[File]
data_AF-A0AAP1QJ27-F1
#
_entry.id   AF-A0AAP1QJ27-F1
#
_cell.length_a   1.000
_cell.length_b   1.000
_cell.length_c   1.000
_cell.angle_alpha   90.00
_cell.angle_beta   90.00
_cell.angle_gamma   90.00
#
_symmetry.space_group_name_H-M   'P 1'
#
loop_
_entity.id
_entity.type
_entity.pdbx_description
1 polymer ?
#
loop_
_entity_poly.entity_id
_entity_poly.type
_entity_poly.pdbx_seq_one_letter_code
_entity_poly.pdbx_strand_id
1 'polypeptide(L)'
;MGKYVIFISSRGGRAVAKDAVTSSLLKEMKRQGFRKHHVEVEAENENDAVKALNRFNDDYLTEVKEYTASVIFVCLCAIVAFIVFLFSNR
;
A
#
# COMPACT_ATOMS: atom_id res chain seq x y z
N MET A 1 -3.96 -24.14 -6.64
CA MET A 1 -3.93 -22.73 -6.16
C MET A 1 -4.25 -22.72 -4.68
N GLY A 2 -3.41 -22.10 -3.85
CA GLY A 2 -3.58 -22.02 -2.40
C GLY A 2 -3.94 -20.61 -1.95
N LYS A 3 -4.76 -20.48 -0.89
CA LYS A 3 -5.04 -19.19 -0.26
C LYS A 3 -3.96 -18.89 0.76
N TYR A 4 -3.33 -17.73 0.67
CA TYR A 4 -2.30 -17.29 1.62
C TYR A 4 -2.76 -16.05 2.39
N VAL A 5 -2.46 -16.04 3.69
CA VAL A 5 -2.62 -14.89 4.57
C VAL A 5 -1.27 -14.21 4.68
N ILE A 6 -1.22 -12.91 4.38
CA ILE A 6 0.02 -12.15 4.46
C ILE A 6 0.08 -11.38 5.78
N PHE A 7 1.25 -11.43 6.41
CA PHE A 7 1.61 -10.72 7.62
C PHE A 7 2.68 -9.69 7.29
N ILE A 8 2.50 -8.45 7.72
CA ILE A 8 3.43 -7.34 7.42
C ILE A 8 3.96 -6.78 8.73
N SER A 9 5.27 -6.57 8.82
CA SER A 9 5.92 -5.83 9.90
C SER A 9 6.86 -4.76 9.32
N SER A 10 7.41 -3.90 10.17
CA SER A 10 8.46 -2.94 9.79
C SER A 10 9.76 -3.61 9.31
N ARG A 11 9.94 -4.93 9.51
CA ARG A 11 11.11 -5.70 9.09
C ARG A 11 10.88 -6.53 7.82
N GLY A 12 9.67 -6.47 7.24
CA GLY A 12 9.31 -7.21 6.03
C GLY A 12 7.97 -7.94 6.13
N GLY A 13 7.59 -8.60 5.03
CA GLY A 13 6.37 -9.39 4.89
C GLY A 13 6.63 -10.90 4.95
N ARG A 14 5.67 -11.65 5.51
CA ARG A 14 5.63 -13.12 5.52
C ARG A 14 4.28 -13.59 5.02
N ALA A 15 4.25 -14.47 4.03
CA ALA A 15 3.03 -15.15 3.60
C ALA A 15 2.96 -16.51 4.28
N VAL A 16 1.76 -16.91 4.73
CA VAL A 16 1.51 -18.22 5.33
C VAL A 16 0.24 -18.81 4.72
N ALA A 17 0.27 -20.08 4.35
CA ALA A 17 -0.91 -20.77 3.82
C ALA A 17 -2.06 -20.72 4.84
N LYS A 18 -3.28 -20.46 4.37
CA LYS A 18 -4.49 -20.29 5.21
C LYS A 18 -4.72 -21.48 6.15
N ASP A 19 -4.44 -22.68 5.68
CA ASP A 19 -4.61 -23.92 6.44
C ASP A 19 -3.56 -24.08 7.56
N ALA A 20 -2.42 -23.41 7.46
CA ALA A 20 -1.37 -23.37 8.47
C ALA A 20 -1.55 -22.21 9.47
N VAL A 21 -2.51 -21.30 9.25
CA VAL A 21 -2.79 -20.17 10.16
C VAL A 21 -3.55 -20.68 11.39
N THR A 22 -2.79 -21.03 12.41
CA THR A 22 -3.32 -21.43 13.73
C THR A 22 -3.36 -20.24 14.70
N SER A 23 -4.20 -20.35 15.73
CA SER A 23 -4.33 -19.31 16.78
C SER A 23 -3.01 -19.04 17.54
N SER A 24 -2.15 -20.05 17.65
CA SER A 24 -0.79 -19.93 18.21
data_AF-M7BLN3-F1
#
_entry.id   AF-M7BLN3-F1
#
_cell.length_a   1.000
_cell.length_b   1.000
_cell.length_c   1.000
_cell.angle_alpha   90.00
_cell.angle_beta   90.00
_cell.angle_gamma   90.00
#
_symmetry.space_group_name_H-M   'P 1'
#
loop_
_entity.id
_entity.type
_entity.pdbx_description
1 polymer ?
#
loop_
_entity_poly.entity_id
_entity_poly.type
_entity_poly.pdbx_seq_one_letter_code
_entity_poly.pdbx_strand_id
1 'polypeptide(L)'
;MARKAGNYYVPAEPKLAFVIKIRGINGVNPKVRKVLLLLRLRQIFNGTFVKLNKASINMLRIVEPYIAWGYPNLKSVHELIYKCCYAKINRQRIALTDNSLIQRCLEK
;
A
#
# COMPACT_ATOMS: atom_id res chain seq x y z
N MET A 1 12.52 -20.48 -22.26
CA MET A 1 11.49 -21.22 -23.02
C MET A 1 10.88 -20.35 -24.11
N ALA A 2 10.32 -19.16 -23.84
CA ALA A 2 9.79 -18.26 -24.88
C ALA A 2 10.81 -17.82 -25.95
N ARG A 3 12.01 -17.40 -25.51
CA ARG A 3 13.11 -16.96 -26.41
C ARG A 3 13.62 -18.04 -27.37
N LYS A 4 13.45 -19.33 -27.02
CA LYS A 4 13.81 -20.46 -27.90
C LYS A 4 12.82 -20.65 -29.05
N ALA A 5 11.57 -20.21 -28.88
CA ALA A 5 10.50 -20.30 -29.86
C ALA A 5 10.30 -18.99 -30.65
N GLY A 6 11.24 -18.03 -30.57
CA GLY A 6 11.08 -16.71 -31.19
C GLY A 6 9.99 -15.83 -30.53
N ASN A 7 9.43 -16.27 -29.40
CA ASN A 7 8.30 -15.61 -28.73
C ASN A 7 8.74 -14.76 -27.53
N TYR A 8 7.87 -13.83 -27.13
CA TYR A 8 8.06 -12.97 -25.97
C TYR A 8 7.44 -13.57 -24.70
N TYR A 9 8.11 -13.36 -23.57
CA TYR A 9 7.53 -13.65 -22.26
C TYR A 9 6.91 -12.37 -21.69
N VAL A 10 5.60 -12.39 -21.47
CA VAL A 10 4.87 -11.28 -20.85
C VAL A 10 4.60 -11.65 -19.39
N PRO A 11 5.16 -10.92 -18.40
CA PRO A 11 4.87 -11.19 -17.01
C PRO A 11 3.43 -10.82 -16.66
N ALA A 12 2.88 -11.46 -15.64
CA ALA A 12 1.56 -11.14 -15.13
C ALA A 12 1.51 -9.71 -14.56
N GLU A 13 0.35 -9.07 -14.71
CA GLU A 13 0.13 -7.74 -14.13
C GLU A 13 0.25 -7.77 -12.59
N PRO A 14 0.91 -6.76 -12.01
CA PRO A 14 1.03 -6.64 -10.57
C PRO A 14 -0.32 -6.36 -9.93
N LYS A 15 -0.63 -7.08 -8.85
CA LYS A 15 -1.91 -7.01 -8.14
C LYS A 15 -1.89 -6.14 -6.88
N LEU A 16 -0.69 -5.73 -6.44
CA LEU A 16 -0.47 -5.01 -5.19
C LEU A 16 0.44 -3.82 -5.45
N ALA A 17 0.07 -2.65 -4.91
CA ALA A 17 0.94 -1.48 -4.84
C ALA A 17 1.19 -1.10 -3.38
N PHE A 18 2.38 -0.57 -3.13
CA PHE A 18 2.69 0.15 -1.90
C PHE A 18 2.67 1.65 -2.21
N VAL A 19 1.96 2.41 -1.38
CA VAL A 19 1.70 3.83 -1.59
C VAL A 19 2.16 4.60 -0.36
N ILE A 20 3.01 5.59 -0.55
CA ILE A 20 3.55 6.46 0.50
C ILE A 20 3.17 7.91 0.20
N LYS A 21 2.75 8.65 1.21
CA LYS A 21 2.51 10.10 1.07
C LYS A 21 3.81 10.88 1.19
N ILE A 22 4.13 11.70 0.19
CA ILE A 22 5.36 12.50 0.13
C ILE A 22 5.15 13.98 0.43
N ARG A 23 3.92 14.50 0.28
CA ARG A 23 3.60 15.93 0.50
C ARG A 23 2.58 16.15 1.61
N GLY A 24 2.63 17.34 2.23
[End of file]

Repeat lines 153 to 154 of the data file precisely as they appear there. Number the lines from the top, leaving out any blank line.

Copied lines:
N TYR A 8 7.87 -13.83 -27.13
CA TYR A 8 8.06 -12.97 -25.97